- Wray Bowling: Karen: we searched the same info on google and it took… 3 seconds lol but thank you
- (From Karen) If you read the paper on aardvark you’ll see that they say google is faster for factual questions. Aardvark is designed for subjective questions that can be harder to find an answer to using traditional search.
So when I asked
- Wray Bowling: Is it good to try and date someone with a completely different perspective on things, or is it better to find someone like-minded?
I got a lot of real heady answers. Try it!
Ok – Im hooked.
My friend Stephanie told me about this site the other night called chatroulette.com. What this website actually does is connect you to a network of people that you can chat with via webcam, audio, or text. Essentially, youre meeting random strangers from anywhere in the globe.
this site is not for the weak minded
Yess, by the very nature of this website you can be sure to expect a lot of penis and other material that will be offensive to your eyeballs. If youre one likely to be scarred from this – i wouldnt recommend visiting it.
However, if you can handle it, what this site enables you to do is amazing. You are seeing and talking with random people all around the globe. You can bet on getting a lot of middle fingers among other things. But every once in awhile you will get a fairly normal person that will talk to you. Here are some of my encounters:
One of more my more funnier experiences was with a duke fan. Our time was spent flicking each other off and showing off our gear. Also, sometimes you get random video – for instance, I even connected to someone who was showing avatar.. i watched it for a bit.
I ended up talking to this random french girl for a bit nicknamed “pow”. It was really interesting to be able to talk to people around the world openly about anything. I had to explain to her what poop meant, and she explained to me what it was like trying to find jobs on that side of the world.
It just blows my mind that we are even able to do this. To connect to random strangers and talk to them all around the world. What people do or say really fascinate me as I get a small glimpse of who they are and what they are like.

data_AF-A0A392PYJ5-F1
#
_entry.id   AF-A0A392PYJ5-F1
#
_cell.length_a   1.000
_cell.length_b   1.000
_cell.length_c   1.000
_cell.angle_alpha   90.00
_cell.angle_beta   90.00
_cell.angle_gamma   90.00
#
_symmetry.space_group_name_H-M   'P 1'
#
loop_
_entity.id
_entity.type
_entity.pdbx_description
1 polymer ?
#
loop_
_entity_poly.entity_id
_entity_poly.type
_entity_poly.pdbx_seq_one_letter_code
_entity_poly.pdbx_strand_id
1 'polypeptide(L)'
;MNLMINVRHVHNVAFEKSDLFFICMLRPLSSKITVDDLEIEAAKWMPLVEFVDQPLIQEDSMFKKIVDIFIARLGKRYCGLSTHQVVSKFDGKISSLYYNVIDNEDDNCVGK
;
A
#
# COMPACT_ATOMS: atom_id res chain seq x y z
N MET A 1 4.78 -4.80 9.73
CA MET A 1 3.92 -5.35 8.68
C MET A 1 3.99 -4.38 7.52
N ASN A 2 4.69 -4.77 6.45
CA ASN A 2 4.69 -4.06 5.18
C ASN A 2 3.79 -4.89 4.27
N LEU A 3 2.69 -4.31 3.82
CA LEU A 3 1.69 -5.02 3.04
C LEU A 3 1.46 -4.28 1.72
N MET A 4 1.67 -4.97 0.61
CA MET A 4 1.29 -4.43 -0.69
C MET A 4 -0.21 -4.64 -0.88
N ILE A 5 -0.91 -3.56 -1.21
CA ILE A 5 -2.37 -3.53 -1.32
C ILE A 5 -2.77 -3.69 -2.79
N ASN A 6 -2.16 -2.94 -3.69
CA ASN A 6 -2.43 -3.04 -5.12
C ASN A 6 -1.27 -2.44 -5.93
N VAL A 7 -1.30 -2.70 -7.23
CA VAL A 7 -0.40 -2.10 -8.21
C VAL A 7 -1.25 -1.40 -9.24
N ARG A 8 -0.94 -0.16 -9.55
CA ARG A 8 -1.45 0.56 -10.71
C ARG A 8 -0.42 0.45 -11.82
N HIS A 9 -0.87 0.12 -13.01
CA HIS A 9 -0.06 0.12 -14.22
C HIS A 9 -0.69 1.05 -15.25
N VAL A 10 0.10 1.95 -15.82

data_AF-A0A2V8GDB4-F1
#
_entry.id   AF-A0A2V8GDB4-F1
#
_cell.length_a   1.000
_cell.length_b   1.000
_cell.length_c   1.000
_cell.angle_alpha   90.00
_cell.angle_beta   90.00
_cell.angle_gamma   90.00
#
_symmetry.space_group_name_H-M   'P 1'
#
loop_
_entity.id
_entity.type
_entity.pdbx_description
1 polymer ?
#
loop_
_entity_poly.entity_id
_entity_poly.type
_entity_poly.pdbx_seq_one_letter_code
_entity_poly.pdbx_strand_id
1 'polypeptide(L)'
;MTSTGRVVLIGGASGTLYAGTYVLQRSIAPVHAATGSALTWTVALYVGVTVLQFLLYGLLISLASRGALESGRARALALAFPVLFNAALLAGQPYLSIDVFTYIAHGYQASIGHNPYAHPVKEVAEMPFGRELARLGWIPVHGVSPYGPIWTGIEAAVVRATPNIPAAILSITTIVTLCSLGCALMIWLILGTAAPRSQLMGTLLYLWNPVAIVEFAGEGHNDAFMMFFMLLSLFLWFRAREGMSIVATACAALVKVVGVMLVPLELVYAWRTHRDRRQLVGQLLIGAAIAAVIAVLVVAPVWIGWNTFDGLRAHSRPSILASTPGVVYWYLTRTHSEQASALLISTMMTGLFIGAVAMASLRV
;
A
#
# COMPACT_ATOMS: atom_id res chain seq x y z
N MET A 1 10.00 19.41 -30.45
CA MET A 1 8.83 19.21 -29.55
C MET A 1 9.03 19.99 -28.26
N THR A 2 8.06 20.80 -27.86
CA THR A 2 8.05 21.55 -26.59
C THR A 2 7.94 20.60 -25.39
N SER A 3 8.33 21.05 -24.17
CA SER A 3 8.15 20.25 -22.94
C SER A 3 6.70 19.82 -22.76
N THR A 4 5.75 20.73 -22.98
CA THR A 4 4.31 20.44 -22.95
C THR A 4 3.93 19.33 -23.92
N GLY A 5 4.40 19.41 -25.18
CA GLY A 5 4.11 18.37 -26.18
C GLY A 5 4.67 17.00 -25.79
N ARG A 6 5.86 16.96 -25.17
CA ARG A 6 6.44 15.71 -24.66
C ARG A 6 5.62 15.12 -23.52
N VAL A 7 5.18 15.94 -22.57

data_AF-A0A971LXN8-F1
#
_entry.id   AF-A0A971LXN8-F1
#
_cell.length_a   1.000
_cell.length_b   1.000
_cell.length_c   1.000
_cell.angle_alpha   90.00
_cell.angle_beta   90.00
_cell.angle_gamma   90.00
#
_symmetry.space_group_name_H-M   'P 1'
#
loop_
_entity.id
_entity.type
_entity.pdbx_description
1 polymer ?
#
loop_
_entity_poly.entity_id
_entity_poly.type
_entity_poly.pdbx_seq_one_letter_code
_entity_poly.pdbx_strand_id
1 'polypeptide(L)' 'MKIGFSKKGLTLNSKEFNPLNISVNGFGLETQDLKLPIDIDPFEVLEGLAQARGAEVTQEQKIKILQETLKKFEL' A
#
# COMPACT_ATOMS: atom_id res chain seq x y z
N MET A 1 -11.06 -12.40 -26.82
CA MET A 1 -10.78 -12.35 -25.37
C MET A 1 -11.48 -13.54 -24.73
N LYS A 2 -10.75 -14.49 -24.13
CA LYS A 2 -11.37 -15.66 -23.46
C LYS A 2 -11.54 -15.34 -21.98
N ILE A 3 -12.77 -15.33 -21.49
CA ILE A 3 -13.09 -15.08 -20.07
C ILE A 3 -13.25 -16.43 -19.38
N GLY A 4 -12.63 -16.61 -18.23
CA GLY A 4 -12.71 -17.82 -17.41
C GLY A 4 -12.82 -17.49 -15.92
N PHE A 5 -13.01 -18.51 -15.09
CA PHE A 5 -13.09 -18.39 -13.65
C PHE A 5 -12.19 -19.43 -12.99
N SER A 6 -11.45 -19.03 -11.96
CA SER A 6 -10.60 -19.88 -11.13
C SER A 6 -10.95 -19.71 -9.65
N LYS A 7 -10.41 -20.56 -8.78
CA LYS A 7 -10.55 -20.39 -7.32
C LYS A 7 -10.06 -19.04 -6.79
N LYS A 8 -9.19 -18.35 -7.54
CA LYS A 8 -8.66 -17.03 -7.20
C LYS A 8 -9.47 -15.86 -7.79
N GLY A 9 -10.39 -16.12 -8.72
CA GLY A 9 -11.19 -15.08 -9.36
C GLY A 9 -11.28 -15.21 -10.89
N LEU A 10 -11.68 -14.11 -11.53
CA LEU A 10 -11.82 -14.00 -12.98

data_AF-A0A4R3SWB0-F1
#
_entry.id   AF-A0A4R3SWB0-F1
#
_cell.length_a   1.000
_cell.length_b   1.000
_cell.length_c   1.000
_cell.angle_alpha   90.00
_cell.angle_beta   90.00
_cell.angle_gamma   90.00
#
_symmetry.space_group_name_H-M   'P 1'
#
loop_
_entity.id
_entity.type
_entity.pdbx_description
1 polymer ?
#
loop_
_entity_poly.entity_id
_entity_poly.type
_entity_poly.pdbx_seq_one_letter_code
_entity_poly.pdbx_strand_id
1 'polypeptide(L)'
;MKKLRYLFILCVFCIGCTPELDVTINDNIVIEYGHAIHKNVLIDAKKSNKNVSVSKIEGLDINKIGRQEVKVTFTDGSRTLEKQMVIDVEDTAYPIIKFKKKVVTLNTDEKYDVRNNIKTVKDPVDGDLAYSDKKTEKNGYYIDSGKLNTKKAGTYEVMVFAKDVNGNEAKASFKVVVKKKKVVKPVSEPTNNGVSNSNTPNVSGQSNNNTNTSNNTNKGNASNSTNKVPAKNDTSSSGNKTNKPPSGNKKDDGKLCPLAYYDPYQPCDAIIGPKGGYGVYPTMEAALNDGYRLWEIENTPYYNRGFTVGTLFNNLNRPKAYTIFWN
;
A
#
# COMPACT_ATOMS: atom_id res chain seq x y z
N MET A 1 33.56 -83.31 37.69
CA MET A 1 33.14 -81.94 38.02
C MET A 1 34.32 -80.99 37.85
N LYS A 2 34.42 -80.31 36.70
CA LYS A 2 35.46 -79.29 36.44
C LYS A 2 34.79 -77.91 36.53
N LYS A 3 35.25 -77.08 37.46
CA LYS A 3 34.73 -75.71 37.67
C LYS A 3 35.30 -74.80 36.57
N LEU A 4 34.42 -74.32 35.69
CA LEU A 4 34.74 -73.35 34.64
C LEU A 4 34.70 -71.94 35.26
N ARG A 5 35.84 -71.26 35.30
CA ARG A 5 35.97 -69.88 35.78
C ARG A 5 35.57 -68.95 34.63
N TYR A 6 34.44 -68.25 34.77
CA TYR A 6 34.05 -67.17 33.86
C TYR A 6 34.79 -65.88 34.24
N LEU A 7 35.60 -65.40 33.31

I’ll take Wray’s challenge to actually start posting stuff
Here’s something I’ve been pushing at people since I found out about it: Jexus/WC OLO GARB’s youtube channel. He’s a guy presumably from Poland that does a lot of great video editing/creep aesthetic and ‘underground cult’-feeling stuff for his synthesizer demonstrations. There’s a lot of attention to detail, or lack thereof, to give the video quality a mixture of digital and analog lo-fi grit. So for me it’s like two things that I flip out about, and he’s got the aesthetic that I totally search for in sound design/visual design. I’ll start it off with a few that I think that are his best:
And here’s a ‘music video’ that I guess he made using some strange source videos:
The hip thing these days to get your creativity flowing is mystery and chaos. Maybe you’ve played that game that floated around Facebook for a while where you pick out random quotes from a quotes site and turn it in to an album cover. Well, random is old hat (especially when you consider that most forms of “randomness” is nothing but a pre-calculated perlin function and thus not random at all)
True mystery means the system literally has no way of knowing what information it’s going to deal you. Wondering what I mean? Check out Mystery Seeker a.k.a. Mystery Google: a search bar that takes you to the results for the search term that the last person typed in. This has lead me to so many weird ideas in the past five minutes, you don’t even know.
Second, is chaos. Case in point: Alchemy, which has replaced all of my paper sketch pads and much of my photoshop doodling as well, and even an amount of time with one of those japanese painting programs I paid real money for… Alchemy is weird. You’ll only make trashy artwork in it, and that’s the point. The idea is you’re supposed to just hope you find something. It’s been described as “fishing with a net” and then picking out the ideas you liked the best. Ironically, when you’re doing graphic design work, that’s exactly what clients ask for. At least for me, I had a sort of “why weren’t we doing this before?” moment. #1 chaotic feature: the filter that downloads a ‘random’ flickr image and makes your lines snap to its edges while hiding the image from you completely.
There were other things I was thinking fit in to this category, but for the time being I’ve forgotten. To be continued…
And have a good semester, everybody.